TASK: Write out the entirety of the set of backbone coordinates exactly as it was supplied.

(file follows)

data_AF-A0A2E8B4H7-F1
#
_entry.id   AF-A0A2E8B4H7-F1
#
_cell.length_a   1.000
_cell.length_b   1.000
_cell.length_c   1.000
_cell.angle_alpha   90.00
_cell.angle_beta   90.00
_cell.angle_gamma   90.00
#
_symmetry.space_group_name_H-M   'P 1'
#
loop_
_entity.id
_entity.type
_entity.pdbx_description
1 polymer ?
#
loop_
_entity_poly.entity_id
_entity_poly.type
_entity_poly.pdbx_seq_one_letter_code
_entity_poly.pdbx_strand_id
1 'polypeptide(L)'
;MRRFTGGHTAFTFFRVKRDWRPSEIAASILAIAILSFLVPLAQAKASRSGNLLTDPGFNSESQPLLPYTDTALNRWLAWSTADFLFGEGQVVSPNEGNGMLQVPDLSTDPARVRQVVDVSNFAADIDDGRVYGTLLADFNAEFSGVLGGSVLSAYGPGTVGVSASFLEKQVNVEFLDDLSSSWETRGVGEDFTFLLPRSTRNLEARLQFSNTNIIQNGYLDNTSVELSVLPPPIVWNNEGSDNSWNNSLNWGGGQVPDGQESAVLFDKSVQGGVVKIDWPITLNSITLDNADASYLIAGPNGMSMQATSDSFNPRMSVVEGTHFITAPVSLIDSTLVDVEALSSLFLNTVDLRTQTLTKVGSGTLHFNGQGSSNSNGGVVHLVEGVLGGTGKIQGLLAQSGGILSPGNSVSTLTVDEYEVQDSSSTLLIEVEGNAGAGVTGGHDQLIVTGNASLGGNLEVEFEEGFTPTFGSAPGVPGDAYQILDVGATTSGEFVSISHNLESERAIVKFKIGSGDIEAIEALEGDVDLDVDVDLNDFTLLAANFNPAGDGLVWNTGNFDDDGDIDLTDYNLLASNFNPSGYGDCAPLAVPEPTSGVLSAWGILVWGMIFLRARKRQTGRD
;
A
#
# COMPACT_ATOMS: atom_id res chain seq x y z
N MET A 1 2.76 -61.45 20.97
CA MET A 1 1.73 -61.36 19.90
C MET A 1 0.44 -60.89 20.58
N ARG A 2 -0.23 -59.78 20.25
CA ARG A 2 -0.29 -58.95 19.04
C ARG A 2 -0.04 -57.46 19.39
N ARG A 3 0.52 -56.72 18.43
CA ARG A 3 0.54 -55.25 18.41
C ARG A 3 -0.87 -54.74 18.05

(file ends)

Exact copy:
data_AF-A0A2E8B4H7-F1
#
_entry.id   AF-A0A2E8B4H7-F1
#
_cell.length_a   1.000
_cell.length_b   1.000
_cell.length_c   1.000
_cell.angle_alpha   90.00
_cell.angle_beta   90.00
_cell.angle_gamma   90.00
#
_symmetry.space_group_name_H-M   'P 1'
#
loop_
_entity.id
_entity.type
_entity.pdbx_description
1 polymer ?
#
loop_
_entity_poly.entity_id
_entity_poly.type
_entity_poly.pdbx_seq_one_letter_code
_entity_poly.pdbx_strand_id
1 'polypeptide(L)'
;MRRFTGGHTAFTFFRVKRDWRPSEIAASILAIAILSFLVPLAQAKASRSGNLLTDPGFNSESQPLLPYTDTALNRWLAWSTADFLFGEGQVVSPNEGNGMLQVPDLSTDPARVRQVVDVSNFAADIDDGRVYGTLLADFNAEFSGVLGGSVLSAYGPGTVGVSASFLEKQVNVEFLDDLSSSWETRGVGEDFTFLLPRSTRNLEARLQFSNTNIIQNGYLDNTSVELSVLPPPIVWNNEGSDNSWNNSLNWGGGQVPDGQESAVLFDKSVQGGVVKIDWPITLNSITLDNADASYLIAGPNGMSMQATSDSFNPRMSVVEGTHFITAPVSLIDSTLVDVEALSSLFLNTVDLRTQTLTKVGSGTLHFNGQGSSNSNGGVVHLVEGVLGGTGKIQGLLAQSGGILSPGNSVSTLTVDEYEVQDSSSTLLIEVEGNAGAGVTGGHDQLIVTGNASLGGNLEVEFEEGFTPTFGSAPGVPGDAYQILDVGATTSGEFVSISHNLESERAIVKFKIGSGDIEAIEALEGDVDLDVDVDLNDFTLLAANFNPAGDGLVWNTGNFDDDGDIDLTDYNLLASNFNPSGYGDCAPLAVPEPTSGVLSAWGILVWGMIFLRARKRQTGRD
;
A
#
# COMPACT_ATOMS: atom_id res chain seq x y z
N MET A 1 2.76 -61.45 20.97
CA MET A 1 1.73 -61.36 19.90
C MET A 1 0.44 -60.89 20.58
N ARG A 2 -0.23 -59.78 20.25
CA ARG A 2 -0.29 -58.95 19.04
C ARG A 2 -0.04 -57.46 19.39
N ARG A 3 0.52 -56.72 18.43
CA ARG A 3 0.54 -55.25 18.41
C ARG A 3 -0.87 -54.74 18.05